Why would you remove half a brain? The outcome of 58 children after hemispherectomy - The Johns Hopkins Experience 1968 to 1996

Eileen P.G. Vining, John M. Freeman, Diana J. Pillas, Sumio Uematsu, Benjamin S. Carson, Jason Brandt, Dana Boatman, Margaret B. Pulsifer, Aaron Zuckerberg

Research output: Contribution to journalArticlepeer-review

Abstract

Purpose. The report the outcomes of the 58 hemispherectomies performed at John Hopkins between 1968 and January 1996. Methods. Charts were reviewed of the 58 hemispherectomies performed at Johns Hopkins Medical Institutions by the Pediatric Epilepsy Group during ttthe years 1968 to 1996. Twenty- seven operations ere done for Rasmussen's syndrome, 24-operations for cortical dysplasias/hemimegalenophalies, and 7 for Sturge-Welber syndrome or other congenital vascular problems. Seizure outcomes of the procedure. Therefore, a score was constructed that included seizure frequency, motor disability, and intellectual handicap. This burden of illness score better described the child's handicap before and after surgery. Results. Perioperative death occurred in 4 out of 58 children. Of the 54 surviving children, 54% (29/54) are seizure-sfree 24% (3/54) have nonhandicapping seizures, and 23% (12/54) have residual seizures that interfere to some extent wtih function. Reduction in seizures was related to the etioogy of the unilateral epilepsy. Eighty-nine percent of children with Rasmussen's 67% of those with dysplasias, and 67% of the vascular group are seizure-free, or have occasional, nonhadicapping seizures. All operations were considered by the parents and the physicians to have been successful in decreasing the burden of illness. In 44 the procedure was very successful, in 7 it was moderately successful, and in 3 it was minimally successful. Success was related to the etiology, and early surgeryt was preferable. Conclusion. Hemispherectomy can be valuable procedure for relieving the burden of seizures, the burden of medication, and the general dysfunction in children with evere or progressive unilateral cortical disease. Early hemispherectomy, although increasing the hemiparesis in children with Rasmussen's syndrome, relieves the burden of constant seizures and allows the child to return to a more normal life. In children with dysplasias, early surgery can allow the resumption of more normal development.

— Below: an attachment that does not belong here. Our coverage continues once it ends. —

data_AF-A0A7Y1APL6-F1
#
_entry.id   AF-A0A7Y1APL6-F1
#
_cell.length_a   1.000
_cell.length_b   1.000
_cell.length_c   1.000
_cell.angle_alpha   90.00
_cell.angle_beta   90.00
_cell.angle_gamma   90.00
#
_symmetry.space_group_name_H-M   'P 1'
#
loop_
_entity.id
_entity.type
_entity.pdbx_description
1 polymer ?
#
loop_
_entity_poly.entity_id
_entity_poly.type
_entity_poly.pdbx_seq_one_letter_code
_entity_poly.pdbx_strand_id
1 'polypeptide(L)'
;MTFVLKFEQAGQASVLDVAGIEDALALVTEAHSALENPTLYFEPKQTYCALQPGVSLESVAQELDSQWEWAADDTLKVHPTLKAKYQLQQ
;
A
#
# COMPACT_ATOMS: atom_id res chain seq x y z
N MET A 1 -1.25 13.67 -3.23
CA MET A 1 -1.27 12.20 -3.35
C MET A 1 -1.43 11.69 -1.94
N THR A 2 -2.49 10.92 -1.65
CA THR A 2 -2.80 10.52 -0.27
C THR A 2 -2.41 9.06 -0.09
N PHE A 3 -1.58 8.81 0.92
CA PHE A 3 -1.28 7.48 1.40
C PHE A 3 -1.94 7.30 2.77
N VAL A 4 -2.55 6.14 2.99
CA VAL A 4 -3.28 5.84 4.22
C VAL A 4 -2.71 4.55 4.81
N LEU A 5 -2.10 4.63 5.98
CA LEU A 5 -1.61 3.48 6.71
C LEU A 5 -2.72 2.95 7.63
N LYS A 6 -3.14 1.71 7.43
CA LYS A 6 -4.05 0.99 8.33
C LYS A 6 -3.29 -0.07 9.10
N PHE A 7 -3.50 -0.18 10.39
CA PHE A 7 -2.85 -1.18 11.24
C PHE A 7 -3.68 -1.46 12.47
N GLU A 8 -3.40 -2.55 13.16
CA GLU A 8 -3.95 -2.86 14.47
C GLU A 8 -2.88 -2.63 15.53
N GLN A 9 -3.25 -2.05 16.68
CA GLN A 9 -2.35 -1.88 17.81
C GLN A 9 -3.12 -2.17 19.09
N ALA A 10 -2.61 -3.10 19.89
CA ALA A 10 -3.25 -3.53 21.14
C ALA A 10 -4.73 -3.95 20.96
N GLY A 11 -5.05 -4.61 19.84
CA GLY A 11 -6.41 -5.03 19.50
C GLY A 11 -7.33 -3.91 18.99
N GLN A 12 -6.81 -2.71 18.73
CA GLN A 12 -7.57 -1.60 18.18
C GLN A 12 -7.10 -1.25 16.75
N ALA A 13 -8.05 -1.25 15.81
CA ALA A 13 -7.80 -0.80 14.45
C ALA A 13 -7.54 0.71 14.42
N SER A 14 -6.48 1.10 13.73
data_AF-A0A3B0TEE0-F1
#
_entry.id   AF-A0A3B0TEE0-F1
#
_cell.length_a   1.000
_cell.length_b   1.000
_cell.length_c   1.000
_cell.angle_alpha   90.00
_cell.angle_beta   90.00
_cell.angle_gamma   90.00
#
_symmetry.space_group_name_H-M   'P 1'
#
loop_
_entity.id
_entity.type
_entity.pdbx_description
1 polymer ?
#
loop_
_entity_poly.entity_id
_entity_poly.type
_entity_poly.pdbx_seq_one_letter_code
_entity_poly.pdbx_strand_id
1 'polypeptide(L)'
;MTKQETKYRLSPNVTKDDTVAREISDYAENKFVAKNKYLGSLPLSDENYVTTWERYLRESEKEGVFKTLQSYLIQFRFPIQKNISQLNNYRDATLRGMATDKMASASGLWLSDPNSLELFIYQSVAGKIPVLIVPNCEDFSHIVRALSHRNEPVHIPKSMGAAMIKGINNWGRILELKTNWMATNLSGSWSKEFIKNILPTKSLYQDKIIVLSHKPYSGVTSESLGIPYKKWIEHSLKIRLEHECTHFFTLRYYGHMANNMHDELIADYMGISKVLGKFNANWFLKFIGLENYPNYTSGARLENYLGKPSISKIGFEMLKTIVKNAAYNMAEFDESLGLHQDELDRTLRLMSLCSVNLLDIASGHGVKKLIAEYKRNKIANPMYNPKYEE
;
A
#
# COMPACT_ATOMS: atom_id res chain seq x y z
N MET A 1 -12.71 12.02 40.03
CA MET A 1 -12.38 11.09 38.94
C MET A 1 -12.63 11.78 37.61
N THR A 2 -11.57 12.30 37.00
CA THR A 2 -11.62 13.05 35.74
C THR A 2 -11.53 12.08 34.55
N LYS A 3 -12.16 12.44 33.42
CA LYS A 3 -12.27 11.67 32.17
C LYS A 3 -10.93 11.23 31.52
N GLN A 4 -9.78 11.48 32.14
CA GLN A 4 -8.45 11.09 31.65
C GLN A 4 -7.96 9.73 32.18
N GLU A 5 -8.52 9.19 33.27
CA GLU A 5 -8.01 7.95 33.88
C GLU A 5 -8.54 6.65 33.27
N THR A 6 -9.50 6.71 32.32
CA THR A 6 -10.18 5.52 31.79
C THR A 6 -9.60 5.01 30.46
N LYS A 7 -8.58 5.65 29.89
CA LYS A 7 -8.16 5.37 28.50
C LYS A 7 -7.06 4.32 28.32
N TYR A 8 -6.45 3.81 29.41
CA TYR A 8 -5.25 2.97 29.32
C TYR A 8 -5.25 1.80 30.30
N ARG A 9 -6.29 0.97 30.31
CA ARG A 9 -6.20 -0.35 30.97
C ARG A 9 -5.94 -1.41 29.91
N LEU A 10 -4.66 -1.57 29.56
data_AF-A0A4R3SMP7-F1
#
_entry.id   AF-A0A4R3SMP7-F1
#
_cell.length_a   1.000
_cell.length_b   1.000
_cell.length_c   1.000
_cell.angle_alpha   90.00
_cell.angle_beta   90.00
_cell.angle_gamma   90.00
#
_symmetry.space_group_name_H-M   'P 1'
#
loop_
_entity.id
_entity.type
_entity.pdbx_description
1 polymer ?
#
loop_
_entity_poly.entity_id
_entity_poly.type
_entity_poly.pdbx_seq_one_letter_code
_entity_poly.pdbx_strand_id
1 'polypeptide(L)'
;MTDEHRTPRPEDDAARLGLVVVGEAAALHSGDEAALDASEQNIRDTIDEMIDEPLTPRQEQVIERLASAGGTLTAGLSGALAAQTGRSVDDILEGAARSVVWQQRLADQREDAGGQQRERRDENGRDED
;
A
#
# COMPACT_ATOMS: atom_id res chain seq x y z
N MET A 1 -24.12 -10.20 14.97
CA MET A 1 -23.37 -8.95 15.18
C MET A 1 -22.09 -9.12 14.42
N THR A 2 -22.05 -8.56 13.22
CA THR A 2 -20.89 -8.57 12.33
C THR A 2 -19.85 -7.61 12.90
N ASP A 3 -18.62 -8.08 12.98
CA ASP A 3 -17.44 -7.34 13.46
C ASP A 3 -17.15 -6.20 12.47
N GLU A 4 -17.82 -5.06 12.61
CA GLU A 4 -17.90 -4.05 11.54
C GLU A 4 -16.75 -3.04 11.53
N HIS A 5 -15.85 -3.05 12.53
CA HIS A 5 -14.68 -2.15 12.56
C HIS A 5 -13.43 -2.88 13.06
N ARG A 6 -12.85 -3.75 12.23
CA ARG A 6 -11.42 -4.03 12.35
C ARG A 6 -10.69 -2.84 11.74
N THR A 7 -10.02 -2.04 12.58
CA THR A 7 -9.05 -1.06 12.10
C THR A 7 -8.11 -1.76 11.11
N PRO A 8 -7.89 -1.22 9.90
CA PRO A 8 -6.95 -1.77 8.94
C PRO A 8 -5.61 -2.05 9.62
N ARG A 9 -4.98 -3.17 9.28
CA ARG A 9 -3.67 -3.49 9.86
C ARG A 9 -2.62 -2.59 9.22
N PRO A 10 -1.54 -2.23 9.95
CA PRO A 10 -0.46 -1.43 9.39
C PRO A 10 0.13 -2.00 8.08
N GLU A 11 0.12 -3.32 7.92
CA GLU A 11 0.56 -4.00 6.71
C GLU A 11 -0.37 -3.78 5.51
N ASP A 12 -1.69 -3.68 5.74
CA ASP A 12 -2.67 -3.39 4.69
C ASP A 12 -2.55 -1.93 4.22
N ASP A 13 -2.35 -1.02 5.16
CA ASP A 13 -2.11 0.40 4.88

Original languageEnglish (US)
Pages (from-to)163-171
Number of pages9
JournalPediatrics
Volume100
Issue number2
DOIs
StatePublished - Aug 1997

Keywords

  • Burden of illness
  • Epilepsy surgery
  • Hemispherectomy
  • Quality of life

ASJC Scopus subject areas

  • Pediatrics, Perinatology, and Child Health

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